Three Low-Cost Options
The Outer Banks (OBX) is a top-rated destination for family vacations. However, their ocean beaches, beautiful scenery, and peaceful atmosphere make it a wonderful place to live year-round as well. That may lead you to wonder—what’s the cheapest place to live in the Outer Banks?
OBX Average Rent: $1,200
OBX Average Home Cost: $411,000
- It is cheaper to buy or rent a home that does not have direct access to the water.
- The west side of OBX has more affordable options.
- Many of the options for purchase are condominiums in large buildings instead of single-family homes.
- Many of the houses are purchased as seasonal rentals and are occupied most frequently during the summer months.
Cheapest Place to Live in the Outer Banks
The Outer Banks is a hotspot for tourism. Many who come are there to visit for just a brief time. Others see the area as an investment and purchase properties to rent out during high tourism months. However, the beauty of the area leads many to research a permanent move.
People are gravitating to the Outer Banks area because of the beautiful climate and views. The permanent resident population within the Outer Banks includes people who have relocated from other countries to settle in the beach town of OBX.
Settled on the Atlantic Ocean, the waves and wind provide a continual breeze that keeps high summer temperatures at bay. The immense line of beaches allows families to spread out and enjoy their little piece of paradise without being in a crowded environment.
Weather in Outer Banks, North Carolina:
Average Summer Temperatures: 86 degrees
Average Winter Temperatures: 57 degrees
Average Precipitation: 3 inches per month
It is worth noting that the Outer Banks is no stranger to hurricanes. The area has experienced many throughout the years, causing damage of various levels. The last hurricane to hit the area was in August of 2020. In the prior year of 2019, Hurricane Dorian came through and caused over $14,000,000.00 in damage to the area. Because of the hurricane risk, many houses are elevated from the ground and reinforced to protect against high winds.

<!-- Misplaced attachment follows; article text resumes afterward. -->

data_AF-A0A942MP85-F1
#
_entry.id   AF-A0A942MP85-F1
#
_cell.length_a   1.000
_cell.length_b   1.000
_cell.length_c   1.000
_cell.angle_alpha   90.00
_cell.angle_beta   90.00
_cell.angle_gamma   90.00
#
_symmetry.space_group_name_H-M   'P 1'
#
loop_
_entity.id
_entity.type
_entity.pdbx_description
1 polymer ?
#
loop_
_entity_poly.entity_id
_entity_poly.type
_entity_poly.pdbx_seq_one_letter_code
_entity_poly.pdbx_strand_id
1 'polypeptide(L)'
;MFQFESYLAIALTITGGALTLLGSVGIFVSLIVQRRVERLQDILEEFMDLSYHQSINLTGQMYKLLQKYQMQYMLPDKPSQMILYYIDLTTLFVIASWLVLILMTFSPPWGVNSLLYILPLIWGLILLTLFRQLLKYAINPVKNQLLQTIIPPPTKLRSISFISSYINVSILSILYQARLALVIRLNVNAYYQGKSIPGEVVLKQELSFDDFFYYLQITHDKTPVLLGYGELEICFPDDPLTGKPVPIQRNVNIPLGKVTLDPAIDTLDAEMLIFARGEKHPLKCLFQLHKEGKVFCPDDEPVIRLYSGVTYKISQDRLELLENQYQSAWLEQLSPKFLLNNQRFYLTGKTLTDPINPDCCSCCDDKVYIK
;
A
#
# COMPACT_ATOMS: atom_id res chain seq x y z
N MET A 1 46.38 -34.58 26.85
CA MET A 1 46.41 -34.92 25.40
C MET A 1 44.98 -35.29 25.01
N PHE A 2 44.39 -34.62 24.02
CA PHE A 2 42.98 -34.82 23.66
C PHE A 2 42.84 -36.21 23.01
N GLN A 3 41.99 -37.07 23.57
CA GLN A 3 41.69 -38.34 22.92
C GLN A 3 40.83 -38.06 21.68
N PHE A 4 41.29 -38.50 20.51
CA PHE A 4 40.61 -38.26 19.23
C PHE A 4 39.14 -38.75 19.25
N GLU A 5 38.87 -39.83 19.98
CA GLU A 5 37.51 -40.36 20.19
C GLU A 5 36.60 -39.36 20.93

If you are looking to live in the Outer Banks, you want a home that provides enough space for living. Since it will not be a vacation house or a brief visit, you will be moving all of your everyday essentials and then some. For most people, that type of move necessitates a space that has liveable square footage. Typically, this includes at least two bedrooms, more than one bathroom, and a waterfront. If you’re going to live by the water, you might as well get to see it.
Living in paradise is a dream come true for many. But not all dreams are feasible to incorporate into your everyday life. When you are looking to relocate, you want to explore the potential area and ensure that it has all the elements that you enjoy in life.
For some, this includes easy access to grocery stores. Other people desire to have variety in different restaurants and cuisine types.
The good thing about the Outer Banks is that it offers all of those things, including over 365 restaurants throughout the different regions. The Outer Banks also offers less populated areas that are quieter and more reserved for those who desire that lifestyle. You can pick and choose your location based on what life comforts you want an easy ability to enjoy.
We have compiled a list of top places to look in the Outer Banks to get the most out of your money. These areas offer different amenities and experiences for you to consider. The price quotes within the descriptions are for a typical two-bedroom, two-bath home, condo, or apartment with a waterfront view. This size allows for a typical family home in the area.
Here are the cheapest areas within the Outer Banks to live full-time:
1. A Family Home on Hatteras Island